cornet

[ kawr-net for 1; kawr-nit, kawr-net for 2–8 ]
/ kɔrˈnɛt for 1; ˈkɔr nɪt, kɔrˈnɛt for 2–8 /

noun

RELATED WORDS

Origin of cornet

1325–75; Middle English < Middle French, Old French, equivalent to corn horn (< Latin cornū; see cornu) + -et -et
Dictionary.com Unabridged Based on the Random House Unabridged Dictionary, © Random House, Inc. 2019

Examples from the Web for cornet

British Dictionary definitions for cornet

cornet

/ (ˈkɔːnɪt) /

noun

Word Origin for cornet

C14: from Old French, from corn, from Latin cornū horn
Collins English Dictionary - Complete & Unabridged 2012 Digital Edition © William Collins Sons & Co. Ltd. 1979, 1986 © HarperCollins Publishers 1998, 2000, 2003, 2005, 2006, 2007, 2009, 2012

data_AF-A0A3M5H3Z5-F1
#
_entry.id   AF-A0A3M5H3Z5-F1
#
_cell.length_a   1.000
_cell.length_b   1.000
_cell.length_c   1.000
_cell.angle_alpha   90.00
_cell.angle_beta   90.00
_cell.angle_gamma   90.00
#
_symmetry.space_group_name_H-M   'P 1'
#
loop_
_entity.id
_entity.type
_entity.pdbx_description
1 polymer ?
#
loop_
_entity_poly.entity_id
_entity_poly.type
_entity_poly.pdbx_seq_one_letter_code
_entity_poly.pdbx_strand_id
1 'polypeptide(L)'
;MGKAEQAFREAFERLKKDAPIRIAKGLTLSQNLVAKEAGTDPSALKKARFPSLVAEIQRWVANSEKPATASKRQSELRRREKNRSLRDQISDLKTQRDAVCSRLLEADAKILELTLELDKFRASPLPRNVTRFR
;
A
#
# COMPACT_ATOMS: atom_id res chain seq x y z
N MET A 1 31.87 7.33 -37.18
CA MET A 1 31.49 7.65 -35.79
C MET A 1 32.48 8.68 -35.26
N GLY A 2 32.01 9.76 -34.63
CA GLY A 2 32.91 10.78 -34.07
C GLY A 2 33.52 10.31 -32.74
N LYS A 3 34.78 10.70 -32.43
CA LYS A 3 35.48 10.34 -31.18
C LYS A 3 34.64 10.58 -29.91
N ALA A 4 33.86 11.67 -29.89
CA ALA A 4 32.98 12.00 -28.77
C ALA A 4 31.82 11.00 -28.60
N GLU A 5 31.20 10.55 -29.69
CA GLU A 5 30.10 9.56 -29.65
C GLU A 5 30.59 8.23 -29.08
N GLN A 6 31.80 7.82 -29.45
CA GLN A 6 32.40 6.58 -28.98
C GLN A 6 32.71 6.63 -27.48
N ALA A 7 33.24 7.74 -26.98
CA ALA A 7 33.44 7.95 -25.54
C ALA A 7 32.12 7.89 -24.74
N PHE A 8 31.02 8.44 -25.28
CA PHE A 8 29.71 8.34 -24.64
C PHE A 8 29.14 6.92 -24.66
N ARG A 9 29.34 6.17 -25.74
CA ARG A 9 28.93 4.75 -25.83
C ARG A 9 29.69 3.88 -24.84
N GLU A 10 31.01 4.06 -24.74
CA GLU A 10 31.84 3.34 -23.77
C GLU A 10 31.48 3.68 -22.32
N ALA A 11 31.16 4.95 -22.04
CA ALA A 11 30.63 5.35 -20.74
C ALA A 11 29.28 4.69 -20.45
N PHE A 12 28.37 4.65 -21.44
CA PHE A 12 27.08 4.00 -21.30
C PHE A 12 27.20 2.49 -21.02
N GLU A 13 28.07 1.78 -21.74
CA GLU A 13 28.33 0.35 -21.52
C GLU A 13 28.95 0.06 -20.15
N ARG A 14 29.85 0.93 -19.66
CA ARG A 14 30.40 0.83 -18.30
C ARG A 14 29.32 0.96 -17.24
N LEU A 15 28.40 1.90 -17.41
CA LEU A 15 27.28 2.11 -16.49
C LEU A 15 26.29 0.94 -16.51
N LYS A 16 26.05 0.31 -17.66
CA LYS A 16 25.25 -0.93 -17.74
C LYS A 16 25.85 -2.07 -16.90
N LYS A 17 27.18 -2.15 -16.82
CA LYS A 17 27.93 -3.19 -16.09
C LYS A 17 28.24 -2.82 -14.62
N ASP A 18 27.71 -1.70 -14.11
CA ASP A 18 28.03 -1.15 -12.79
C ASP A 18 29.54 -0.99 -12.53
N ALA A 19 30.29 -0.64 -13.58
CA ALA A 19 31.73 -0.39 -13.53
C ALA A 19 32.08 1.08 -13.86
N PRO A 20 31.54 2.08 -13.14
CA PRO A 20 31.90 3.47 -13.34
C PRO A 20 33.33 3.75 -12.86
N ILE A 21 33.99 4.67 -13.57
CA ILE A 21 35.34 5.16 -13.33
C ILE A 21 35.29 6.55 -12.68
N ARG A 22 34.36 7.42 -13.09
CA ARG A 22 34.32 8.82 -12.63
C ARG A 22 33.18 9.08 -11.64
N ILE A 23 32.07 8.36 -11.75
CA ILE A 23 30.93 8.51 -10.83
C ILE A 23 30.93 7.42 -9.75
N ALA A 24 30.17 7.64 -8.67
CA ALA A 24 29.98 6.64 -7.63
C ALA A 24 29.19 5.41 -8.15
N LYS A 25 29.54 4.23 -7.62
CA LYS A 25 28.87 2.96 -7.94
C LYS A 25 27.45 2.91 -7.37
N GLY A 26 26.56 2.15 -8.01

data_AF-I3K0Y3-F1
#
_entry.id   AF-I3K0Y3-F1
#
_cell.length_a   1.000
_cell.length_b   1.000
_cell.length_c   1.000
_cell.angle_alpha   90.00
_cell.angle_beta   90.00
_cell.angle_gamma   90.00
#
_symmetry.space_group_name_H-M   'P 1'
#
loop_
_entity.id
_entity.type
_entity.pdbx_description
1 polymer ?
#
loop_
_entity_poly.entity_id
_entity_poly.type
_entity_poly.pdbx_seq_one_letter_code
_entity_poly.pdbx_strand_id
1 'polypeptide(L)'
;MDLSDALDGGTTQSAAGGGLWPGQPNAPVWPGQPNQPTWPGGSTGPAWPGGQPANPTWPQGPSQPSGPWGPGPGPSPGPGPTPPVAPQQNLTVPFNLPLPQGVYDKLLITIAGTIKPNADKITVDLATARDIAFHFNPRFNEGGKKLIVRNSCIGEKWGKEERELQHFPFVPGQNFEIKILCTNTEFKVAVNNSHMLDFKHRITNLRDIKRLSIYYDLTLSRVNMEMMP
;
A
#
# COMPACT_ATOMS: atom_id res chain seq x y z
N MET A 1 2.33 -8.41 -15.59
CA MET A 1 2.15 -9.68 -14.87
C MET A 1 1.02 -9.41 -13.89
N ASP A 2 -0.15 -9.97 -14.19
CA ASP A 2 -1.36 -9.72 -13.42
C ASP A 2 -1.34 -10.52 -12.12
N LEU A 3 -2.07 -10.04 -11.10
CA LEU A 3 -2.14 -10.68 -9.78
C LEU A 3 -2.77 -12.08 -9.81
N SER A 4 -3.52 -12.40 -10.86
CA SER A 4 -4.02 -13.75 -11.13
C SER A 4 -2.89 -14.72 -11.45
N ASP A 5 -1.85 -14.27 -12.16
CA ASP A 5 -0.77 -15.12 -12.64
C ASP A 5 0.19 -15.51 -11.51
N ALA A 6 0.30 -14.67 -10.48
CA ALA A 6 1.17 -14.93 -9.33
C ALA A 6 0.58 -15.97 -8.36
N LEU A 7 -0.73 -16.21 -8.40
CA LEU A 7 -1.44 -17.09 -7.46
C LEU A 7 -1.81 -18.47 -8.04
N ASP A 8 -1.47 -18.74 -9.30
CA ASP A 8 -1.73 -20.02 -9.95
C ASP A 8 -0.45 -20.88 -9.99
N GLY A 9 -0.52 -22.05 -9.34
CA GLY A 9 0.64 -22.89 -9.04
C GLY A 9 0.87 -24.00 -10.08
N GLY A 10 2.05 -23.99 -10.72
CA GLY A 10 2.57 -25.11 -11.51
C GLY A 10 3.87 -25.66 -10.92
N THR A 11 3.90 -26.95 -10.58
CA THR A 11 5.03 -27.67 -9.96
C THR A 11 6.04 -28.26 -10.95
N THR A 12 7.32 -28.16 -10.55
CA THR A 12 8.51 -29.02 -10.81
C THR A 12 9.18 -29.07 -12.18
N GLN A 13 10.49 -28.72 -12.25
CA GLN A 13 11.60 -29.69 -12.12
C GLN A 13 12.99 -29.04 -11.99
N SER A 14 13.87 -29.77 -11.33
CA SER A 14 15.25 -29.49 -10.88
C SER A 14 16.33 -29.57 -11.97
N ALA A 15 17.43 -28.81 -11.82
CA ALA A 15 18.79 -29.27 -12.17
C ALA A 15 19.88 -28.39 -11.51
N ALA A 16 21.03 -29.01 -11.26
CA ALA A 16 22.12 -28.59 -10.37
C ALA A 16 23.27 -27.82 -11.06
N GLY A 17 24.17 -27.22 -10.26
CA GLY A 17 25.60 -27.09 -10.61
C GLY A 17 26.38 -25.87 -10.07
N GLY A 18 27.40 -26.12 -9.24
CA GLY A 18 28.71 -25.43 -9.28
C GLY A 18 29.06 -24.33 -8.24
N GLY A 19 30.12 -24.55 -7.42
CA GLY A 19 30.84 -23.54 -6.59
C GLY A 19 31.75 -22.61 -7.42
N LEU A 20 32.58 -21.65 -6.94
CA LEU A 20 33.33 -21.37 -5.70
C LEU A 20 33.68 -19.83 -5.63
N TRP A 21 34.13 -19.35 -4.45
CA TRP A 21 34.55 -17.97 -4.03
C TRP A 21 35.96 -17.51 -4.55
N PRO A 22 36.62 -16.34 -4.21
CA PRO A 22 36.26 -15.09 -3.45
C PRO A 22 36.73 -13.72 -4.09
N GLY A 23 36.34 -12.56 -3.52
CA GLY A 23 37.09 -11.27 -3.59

Word Origin and History for cornet

cornet


n.

c.1400, "A wind instrument made of wood and provided with six finger holes" [Middle English Dictionary], from Old French cornet (14c.) "a small horn," diminutive of corn "a horn," from Latin cornu "horn" (see horn (n.)). Modern use is short for cornet-à-pistons "cornet with pistons."

The quality of the tone is penetrating and unsympathetic, by no means equal to that of the trumpet, for which it is commonly substituted. ["cornet" entry in "Century Dictionary and Cyclopedia," 1902]
Online Etymology Dictionary, © 2010 Douglas Harper